August 7, 2008 11:59 AM

If AOL did this, would AOL members in the United States using Vista be able to get software that allows them access to the US AOL community again? Currently all we can get is AOL 9.0 VR, which hooks to the AOL UK community, and doesn't provide the chat room lists and other online community features we've come to enjoy and rely on. Seems like AOL is trying to drive US users away from the community.

Sam

August 7, 2008 1:09 PM

I've thought for a long time that AOL should go ahead and consolidate the dial-up access market under their wing. AOL has the expertise and infrastructure to run it well as far as that horse wants to go. So instead of selling, it should buy: EarthLink, UnitedOnline and run those businesses well while letting them help create new unique visitors to their growing stable of web sites and blogs.

AH

August 7, 2008 3:00 PM

In the long run the Platform A business will get integrated into a larger player - just a matter of to who and at what price.

The issue is what to do with the steadily declining ISP/access business. Which the less informed "pundits" generally do not appreciate just how slow and predictable the decline is. The people that have not gotten broadband yet are generally not rushing out to get it.

They could have sold the access part ages ago when it had more "value" left in it. But they could not figure out how to separate the two since the ISP subscribers generate a ton of ad impressions. And they were VERY stubborn in admitting they had no viable broadband access/bundle play.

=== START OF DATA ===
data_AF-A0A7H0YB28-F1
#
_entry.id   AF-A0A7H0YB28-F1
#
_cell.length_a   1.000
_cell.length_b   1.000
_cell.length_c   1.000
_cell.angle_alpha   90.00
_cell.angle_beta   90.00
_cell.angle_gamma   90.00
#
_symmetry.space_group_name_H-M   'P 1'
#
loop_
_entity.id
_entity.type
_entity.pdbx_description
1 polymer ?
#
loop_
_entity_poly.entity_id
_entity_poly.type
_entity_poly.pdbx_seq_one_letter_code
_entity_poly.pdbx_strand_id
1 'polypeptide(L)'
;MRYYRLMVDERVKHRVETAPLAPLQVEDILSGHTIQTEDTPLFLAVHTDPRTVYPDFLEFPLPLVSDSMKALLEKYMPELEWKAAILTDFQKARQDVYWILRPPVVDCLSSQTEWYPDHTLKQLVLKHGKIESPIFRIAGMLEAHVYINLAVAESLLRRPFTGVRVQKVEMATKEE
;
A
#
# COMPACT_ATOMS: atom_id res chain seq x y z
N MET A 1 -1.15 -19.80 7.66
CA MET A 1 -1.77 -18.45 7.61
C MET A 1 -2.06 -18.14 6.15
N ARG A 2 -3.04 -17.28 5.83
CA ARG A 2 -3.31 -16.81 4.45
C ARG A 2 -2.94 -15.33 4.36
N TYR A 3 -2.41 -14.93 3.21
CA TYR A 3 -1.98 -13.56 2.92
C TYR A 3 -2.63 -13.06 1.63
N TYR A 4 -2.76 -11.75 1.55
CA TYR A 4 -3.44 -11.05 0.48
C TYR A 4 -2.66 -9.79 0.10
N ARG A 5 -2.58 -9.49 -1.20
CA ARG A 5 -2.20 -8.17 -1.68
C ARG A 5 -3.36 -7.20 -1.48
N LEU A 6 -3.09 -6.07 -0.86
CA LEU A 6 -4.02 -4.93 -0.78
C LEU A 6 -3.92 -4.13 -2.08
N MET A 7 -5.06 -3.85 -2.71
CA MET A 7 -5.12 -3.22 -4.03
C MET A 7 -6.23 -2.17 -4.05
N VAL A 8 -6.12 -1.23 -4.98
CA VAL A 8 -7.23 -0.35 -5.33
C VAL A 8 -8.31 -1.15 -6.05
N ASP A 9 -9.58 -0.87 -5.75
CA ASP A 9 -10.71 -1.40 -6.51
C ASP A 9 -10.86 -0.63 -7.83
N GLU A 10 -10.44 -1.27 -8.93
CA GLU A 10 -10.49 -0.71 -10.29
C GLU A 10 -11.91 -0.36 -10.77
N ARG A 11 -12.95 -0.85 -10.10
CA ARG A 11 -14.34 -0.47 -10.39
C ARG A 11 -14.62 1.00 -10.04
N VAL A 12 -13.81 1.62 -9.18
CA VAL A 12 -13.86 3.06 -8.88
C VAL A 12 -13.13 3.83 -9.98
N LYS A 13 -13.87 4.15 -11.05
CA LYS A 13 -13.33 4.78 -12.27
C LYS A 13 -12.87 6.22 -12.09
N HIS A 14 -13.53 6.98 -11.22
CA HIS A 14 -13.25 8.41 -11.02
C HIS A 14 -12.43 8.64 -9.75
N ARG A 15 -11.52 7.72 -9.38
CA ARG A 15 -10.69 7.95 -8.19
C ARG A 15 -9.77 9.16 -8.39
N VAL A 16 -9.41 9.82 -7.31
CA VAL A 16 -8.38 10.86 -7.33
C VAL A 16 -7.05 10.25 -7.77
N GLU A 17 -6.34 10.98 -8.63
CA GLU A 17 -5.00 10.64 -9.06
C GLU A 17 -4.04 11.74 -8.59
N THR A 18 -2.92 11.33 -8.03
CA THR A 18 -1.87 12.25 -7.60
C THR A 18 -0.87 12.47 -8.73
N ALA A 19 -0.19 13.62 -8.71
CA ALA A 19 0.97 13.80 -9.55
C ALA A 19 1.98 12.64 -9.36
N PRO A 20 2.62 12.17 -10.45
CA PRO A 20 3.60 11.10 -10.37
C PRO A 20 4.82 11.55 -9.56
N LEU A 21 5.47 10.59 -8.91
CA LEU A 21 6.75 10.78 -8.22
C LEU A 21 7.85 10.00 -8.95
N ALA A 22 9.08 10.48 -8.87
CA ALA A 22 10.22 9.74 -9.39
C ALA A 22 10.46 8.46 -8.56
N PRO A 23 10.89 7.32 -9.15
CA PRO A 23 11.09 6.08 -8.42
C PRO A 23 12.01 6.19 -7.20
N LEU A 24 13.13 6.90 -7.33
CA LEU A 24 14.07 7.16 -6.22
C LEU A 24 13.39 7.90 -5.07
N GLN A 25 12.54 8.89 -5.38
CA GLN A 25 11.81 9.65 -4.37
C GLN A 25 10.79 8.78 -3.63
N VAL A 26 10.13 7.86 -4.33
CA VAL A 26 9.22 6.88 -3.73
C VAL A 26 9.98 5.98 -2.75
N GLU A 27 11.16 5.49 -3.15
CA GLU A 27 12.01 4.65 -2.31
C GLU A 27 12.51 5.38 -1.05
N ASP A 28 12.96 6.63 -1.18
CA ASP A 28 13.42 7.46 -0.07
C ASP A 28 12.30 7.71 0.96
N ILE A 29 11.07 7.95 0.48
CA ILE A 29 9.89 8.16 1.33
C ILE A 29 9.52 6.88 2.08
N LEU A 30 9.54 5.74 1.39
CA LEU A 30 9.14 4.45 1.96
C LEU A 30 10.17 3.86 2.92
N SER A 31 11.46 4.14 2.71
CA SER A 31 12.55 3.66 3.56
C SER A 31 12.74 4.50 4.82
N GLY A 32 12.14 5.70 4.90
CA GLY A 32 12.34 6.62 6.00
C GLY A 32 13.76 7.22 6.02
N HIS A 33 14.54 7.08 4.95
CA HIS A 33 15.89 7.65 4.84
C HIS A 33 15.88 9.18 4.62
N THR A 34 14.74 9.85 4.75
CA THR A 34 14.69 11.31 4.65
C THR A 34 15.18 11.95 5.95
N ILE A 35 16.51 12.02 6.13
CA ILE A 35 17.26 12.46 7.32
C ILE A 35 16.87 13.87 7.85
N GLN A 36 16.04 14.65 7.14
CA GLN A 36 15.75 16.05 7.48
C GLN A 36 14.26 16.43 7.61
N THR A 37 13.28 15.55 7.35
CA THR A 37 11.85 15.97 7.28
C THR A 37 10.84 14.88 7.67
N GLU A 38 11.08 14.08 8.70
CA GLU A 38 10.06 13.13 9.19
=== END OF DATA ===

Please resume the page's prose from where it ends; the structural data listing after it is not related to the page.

They could keep the access business for the high margin cash flow (no new software costs, low service costs etc). But I think they are better off to take a discount off the present value of the cash flows and sell it to someone like Earthlink that will aggregate the legacy dial up brands and ride them out to the end of the line.

By they way CompuServe, which AOL owns, still has a few paying accounts - with no marketing or upgrades in just south of a decade. Which goes to show the final death date will be much much farther out than anyone thinks. If I were valuing the dial up part I would take this into account.

Luther

August 7, 2008 5:03 PM

AOL's main problem is that they are fixated on their interests are and serving ads to customers, but are uninterested in what services customers want. They never shifted from the arrogance and control freak attitudes that they could get away with when they were market leaders.

Vijay

August 8, 2008 3:04 AM

What the author of the article says is perfectly fine. I completly agree with the aouthor of the article.

Vijay.

http://www.bizzblogs.co.cc/

AH

August 8, 2008 10:08 AM

I would agree with Luther except no one that ran the original business is still involved with AOL. The purges of the last 5+ years have basically removed the entire team that built the ISP business, the ones that defended the walled garden, and the ones that failed to find a broadband strategy. You cannot underestimate their employee turnover.

I would say more clueless than arrogant - not sure which is worse. They are just not good at researching what consumers want - and finding a way to give it to them. They always try to force fit what they have into the market. Often square pegs in round holes. Many companies lack a solid consumer facing R+D group - and AOL sadly is one of them now.

Don

August 8, 2008 10:42 AM

As they say on LOUSY sitcoms? I beg to differ, I believe the correct term would be, "As they say on CLASSIC sitcoms."